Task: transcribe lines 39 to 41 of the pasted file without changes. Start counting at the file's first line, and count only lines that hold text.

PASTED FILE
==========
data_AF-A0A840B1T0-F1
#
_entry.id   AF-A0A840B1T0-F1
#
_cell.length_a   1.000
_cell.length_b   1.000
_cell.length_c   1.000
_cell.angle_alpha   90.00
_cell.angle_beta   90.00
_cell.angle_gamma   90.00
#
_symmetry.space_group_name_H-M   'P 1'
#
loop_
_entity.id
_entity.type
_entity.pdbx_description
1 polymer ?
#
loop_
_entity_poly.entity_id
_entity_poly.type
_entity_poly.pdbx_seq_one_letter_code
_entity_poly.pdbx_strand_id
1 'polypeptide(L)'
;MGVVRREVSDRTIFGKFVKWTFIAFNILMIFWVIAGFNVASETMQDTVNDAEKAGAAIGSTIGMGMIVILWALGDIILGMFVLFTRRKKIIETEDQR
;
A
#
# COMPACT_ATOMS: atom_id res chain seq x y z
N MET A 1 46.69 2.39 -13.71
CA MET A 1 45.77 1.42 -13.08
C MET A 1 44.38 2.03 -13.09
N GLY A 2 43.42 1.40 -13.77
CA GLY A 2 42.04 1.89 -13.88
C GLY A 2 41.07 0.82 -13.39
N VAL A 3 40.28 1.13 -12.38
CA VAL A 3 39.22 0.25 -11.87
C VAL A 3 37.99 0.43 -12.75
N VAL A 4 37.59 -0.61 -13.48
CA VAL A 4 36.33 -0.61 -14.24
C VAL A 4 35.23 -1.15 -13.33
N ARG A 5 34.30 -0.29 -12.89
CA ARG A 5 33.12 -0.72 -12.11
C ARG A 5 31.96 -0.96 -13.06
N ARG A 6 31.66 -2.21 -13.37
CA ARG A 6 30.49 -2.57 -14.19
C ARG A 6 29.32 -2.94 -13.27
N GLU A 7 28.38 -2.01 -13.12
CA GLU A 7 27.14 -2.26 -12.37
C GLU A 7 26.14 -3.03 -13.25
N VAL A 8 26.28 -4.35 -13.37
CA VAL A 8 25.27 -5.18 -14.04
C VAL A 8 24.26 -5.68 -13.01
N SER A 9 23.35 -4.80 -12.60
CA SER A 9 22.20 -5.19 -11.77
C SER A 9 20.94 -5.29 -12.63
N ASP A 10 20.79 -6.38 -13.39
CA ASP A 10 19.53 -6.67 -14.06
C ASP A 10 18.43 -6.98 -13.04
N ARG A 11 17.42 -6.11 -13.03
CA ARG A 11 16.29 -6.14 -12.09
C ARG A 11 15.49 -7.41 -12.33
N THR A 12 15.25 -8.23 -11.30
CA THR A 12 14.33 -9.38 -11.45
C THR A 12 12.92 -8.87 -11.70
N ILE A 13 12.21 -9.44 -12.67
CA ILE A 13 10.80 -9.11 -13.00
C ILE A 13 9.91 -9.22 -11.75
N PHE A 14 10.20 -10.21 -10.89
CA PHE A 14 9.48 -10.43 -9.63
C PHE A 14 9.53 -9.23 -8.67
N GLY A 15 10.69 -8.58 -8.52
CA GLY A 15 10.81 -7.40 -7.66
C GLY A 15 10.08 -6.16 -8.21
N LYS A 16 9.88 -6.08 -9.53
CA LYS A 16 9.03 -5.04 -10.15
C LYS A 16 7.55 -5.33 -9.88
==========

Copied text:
C VAL A 3 37.99 0.43 -12.75
N VAL A 4 37.59 -0.61 -13.48
CA VAL A 4 36.33 -0.61 -14.24